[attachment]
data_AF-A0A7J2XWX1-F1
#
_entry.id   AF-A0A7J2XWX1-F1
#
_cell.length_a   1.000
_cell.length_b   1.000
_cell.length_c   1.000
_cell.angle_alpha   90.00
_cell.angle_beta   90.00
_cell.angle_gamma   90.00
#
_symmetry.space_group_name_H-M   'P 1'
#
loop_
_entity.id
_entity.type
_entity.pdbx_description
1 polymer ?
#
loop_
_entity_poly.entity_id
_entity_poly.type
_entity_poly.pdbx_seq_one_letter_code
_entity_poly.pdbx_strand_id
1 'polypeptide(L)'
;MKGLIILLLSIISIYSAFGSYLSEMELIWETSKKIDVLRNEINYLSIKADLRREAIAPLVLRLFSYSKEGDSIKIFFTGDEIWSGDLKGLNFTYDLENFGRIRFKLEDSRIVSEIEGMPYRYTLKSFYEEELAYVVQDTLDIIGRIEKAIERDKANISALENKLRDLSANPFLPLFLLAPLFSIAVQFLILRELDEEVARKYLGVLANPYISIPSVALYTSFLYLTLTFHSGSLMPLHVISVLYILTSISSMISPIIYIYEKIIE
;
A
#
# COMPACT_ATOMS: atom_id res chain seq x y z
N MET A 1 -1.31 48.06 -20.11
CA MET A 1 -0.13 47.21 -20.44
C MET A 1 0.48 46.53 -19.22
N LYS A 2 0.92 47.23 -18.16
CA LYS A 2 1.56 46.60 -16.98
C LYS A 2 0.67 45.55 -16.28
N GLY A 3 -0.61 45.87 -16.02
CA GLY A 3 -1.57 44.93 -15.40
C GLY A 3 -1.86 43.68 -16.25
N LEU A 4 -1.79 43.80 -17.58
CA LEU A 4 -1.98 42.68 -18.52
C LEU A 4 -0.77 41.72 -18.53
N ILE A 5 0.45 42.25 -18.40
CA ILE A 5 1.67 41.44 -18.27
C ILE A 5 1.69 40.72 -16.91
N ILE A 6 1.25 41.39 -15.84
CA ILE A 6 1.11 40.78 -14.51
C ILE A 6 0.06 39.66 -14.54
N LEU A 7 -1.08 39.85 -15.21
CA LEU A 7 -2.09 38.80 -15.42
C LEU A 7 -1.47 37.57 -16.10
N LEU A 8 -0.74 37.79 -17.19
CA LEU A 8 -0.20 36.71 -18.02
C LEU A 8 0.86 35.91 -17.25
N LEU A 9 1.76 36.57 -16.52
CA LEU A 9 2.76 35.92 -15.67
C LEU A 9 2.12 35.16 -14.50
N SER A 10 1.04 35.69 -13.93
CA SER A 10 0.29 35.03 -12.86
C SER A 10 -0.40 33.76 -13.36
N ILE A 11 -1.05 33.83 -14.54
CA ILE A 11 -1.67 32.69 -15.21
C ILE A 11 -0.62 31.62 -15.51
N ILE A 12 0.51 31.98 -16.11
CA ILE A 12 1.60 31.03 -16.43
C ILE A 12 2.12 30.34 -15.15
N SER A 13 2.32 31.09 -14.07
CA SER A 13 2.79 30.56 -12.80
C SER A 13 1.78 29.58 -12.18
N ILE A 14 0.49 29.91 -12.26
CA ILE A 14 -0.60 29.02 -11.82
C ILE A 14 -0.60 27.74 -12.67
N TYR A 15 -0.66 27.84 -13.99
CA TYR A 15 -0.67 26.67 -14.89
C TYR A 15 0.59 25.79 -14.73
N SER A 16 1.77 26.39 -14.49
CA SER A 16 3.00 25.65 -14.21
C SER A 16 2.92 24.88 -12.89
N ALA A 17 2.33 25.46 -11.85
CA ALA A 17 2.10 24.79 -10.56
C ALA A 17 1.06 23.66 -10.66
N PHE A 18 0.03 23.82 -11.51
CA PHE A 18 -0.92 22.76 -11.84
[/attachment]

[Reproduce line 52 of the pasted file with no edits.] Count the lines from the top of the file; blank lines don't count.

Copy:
N LEU A 8 -0.74 37.79 -17.19